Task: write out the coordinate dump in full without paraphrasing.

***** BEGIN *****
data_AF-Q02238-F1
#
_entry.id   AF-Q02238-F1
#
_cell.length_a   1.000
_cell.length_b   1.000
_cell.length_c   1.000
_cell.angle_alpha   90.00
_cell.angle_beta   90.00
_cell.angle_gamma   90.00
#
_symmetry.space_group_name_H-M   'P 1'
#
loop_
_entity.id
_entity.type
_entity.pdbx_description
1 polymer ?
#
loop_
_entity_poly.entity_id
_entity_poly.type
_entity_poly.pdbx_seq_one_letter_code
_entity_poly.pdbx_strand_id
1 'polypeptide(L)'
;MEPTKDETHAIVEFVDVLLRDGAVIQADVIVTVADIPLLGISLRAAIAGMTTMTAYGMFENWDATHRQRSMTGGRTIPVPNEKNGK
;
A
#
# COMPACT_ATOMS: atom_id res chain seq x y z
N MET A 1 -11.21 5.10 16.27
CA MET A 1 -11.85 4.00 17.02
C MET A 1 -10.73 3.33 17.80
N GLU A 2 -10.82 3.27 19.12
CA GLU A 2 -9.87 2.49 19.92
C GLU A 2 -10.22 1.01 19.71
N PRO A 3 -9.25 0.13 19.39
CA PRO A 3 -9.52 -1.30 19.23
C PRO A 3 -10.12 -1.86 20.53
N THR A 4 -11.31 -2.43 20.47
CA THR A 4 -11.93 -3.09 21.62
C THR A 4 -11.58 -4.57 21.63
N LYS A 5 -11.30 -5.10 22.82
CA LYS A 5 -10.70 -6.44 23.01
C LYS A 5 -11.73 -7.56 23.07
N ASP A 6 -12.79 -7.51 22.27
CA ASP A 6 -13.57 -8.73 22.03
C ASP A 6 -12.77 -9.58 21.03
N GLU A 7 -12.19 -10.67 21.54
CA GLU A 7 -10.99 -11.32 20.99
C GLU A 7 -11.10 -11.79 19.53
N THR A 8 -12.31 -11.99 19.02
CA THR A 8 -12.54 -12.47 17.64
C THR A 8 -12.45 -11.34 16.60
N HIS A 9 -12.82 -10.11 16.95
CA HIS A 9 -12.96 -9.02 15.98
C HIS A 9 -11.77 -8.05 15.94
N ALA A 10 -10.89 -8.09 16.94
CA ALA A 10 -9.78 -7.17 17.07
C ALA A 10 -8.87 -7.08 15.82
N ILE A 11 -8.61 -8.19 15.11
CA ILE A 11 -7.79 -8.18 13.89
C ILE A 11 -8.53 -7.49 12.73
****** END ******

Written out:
data_AF-Q02238-F1
#
_entry.id   AF-Q02238-F1
#
_cell.length_a   1.000
_cell.length_b   1.000
_cell.length_c   1.000
_cell.angle_alpha   90.00
_cell.angle_beta   90.00
_cell.angle_gamma   90.00
#
_symmetry.space_group_name_H-M   'P 1'
#
loop_
_entity.id
_entity.type
_entity.pdbx_description
1 polymer ?
#
loop_
_entity_poly.entity_id
_entity_poly.type
_entity_poly.pdbx_seq_one_letter_code
_entity_poly.pdbx_strand_id
1 'polypeptide(L)'
;MEPTKDETHAIVEFVDVLLRDGAVIQADVIVTVADIPLLGISLRAAIAGMTTMTAYGMFENWDATHRQRSMTGGRTIPVPNEKNGK
;
A
#
# COMPACT_ATOMS: atom_id res chain seq x y z
N MET A 1 -11.21 5.10 16.27
CA MET A 1 -11.85 4.00 17.02
C MET A 1 -10.73 3.33 17.80
N GLU A 2 -10.82 3.27 19.12
CA GLU A 2 -9.87 2.49 19.92
C GLU A 2 -10.22 1.01 19.71
N PRO A 3 -9.25 0.13 19.39
CA PRO A 3 -9.52 -1.30 19.23
C PRO A 3 -10.12 -1.86 20.53
N THR A 4 -11.31 -2.43 20.47
CA THR A 4 -11.93 -3.09 21.62
C THR A 4 -11.58 -4.57 21.63
N LYS A 5 -11.30 -5.10 22.82
CA LYS A 5 -10.70 -6.44 23.01
C LYS A 5 -11.73 -7.56 23.07
N ASP A 6 -12.79 -7.51 22.27
CA ASP A 6 -13.57 -8.73 22.03
C ASP A 6 -12.77 -9.58 21.03
N GLU A 7 -12.19 -10.67 21.54
CA GLU A 7 -10.99 -11.32 20.99
C GLU A 7 -11.10 -11.79 19.53
N THR A 8 -12.31 -11.99 19.02
CA THR A 8 -12.54 -12.47 17.64
C THR A 8 -12.45 -11.34 16.60
N HIS A 9 -12.82 -10.11 16.95
CA HIS A 9 -12.96 -9.02 15.98
C HIS A 9 -11.77 -8.05 15.94
N ALA A 10 -10.89 -8.09 16.94
CA ALA A 10 -9.78 -7.17 17.07
C ALA A 10 -8.87 -7.08 15.82
N ILE A 11 -8.61 -8.19 15.11
CA ILE A 11 -7.79 -8.18 13.89
C ILE A 11 -8.53 -7.49 12.73